Getting to Know a Few Trumpbots


[UPDATE: less than 24 hours after I posted this, all of these Twitter accounts except for the first one (which appears to be an actual human, as explained below) had been suspended by Twitter.]

We all know that there are countless thousands of bots on Twitter, and today I spent some time getting to know a little more about a few of them. My interest was piqued by a tweet from Eliot Higgins, a researcher at King’s College London and founder of the fascinating investigative journalism site Eliot’s tweet showed a group of nearly identical tweets announcing Russian UN Ambassador Vitaly Churkin’s death, all posted at almost exactly the same time this morning:


I decided to take a look at these Twitter accounts, just to satisfy my own curiosity. First step was a few searches to locate a sample of these Churkin tweets. The sample I came up with includes the ones Eliot had in his collage plus a few more, for 20 total. I’m sure I could have found many more, but I wanted to have a small enough sample that I could scroll through their timelines without wasting all day on this little project. (A goal I didn’t quite meet, as it turned out.)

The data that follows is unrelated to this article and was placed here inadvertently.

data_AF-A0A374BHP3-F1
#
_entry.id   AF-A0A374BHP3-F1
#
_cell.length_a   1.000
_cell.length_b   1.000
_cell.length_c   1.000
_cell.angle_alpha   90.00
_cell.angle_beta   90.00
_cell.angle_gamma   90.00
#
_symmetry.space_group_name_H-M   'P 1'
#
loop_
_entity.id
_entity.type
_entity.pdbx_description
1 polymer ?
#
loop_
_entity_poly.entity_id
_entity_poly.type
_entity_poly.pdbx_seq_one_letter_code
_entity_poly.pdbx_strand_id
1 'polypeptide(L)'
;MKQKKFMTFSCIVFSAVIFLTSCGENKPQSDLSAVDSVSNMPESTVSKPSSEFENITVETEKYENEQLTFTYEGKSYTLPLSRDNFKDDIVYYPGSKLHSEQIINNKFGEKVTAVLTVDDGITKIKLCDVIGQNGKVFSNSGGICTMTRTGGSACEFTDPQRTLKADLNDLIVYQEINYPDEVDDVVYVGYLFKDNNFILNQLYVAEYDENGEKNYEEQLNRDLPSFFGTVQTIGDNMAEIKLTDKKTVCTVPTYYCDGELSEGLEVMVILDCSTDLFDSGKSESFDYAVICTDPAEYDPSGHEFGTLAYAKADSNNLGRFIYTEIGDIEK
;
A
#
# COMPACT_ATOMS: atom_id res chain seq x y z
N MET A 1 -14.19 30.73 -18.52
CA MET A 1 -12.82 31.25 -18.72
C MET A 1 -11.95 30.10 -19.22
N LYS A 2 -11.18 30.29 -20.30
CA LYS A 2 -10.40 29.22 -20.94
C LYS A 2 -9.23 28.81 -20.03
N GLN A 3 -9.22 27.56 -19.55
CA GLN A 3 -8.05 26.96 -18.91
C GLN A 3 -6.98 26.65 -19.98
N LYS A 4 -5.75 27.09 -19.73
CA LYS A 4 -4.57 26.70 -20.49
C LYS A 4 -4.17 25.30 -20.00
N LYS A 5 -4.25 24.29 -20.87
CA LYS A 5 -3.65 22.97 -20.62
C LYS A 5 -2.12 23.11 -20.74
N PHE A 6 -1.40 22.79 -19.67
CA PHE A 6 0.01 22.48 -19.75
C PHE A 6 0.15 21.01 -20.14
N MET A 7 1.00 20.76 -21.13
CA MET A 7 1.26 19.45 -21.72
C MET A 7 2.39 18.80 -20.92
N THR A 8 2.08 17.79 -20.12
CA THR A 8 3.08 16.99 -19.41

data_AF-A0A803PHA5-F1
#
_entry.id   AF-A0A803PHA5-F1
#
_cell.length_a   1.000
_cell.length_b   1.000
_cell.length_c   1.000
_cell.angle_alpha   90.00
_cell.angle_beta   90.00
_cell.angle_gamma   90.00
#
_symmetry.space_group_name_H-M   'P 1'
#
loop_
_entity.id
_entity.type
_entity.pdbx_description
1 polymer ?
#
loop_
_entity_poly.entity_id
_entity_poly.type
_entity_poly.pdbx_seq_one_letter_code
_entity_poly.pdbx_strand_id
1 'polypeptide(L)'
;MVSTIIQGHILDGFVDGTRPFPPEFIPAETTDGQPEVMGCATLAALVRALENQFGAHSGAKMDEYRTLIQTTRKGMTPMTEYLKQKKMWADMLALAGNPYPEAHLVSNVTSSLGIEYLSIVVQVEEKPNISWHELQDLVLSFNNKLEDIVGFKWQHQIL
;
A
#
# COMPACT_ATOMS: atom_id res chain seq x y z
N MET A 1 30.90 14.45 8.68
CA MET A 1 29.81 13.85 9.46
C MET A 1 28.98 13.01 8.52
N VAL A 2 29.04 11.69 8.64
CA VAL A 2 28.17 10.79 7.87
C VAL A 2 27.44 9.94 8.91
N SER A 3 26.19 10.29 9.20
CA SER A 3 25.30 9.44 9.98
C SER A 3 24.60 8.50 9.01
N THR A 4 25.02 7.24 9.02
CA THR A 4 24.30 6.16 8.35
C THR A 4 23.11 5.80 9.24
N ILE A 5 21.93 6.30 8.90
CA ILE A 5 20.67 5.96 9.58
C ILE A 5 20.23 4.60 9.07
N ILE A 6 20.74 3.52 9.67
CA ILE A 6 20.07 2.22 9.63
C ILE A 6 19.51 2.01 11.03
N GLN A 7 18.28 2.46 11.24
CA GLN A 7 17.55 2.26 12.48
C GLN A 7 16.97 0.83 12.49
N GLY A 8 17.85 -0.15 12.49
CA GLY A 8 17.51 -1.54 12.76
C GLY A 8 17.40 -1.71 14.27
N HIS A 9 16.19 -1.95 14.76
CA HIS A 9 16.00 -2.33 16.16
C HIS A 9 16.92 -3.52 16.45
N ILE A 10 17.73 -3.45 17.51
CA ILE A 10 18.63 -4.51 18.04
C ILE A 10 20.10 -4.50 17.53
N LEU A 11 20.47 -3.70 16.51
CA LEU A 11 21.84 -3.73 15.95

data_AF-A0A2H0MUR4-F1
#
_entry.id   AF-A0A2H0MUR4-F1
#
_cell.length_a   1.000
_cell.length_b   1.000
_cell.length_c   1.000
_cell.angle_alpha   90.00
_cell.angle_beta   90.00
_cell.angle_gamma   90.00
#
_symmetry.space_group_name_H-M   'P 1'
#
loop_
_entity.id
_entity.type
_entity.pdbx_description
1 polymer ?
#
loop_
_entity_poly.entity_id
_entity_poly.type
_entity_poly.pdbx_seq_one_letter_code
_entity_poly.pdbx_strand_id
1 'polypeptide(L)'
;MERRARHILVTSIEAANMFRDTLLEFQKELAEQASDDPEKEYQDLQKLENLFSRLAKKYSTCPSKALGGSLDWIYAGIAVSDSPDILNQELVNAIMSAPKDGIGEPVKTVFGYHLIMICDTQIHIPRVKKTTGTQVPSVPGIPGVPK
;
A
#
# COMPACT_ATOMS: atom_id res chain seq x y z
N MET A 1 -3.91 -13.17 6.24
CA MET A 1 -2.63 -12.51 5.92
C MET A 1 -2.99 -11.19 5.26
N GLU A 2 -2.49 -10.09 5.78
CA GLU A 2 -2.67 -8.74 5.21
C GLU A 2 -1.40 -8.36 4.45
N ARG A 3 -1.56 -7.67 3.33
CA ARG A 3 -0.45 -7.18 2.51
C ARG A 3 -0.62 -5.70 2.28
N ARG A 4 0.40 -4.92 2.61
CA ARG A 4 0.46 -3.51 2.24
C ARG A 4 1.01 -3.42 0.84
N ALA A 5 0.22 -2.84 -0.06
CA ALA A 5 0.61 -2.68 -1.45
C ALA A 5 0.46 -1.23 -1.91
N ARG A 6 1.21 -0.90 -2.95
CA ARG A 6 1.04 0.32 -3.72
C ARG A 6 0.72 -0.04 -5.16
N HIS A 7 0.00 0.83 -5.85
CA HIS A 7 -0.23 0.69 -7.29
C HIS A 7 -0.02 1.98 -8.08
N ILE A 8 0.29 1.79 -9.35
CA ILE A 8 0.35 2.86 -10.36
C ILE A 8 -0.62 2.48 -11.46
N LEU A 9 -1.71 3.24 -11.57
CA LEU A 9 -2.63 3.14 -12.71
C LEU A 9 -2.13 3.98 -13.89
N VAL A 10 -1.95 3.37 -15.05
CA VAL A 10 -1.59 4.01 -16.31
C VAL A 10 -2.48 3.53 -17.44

I captured a screenshot of each tweet, to make a note of them:


Then the fun began. To be clear, I had no particular goal in mind, I was just rooting around to get a feel for how these things work. And this is not a rigorous analysis, just a high-level overview of a few aspects of these accounts. If you want to read a truly outstanding analysis of Twitter bot activity, check out Lawrence Alexander‘s 2015 article “Social Network Analysis Reveals Full Scale of Kremlin’s Twitter Bot Campaign.”

The first thing to note is that all of these tweets were posted at the same time, 10:13AM PST today. And none of them are retweets — each one is an “original.” The timing appears coordinated, either a planned “tweet at this time” approach, or perhaps all of these tweets were posted by the same bot software as a single batch.

Here’s one way the tweets vary: they don’t all link to the same web page. The articles they link to are essentially the same, but hosted on three different web sites: (Russia Today, the Pravda of our time),, and

The latter two sites were both created in the fall of 2016 (presumably to host content about Hillary Clinton’s scary email server), and they have no navigable content. The home pages just have what is essentially “coming soon” messages (one is a WordPress blog), and they’re both in Spanish. So these sites aren’t intended for human audiences, they’re just repositories of articles.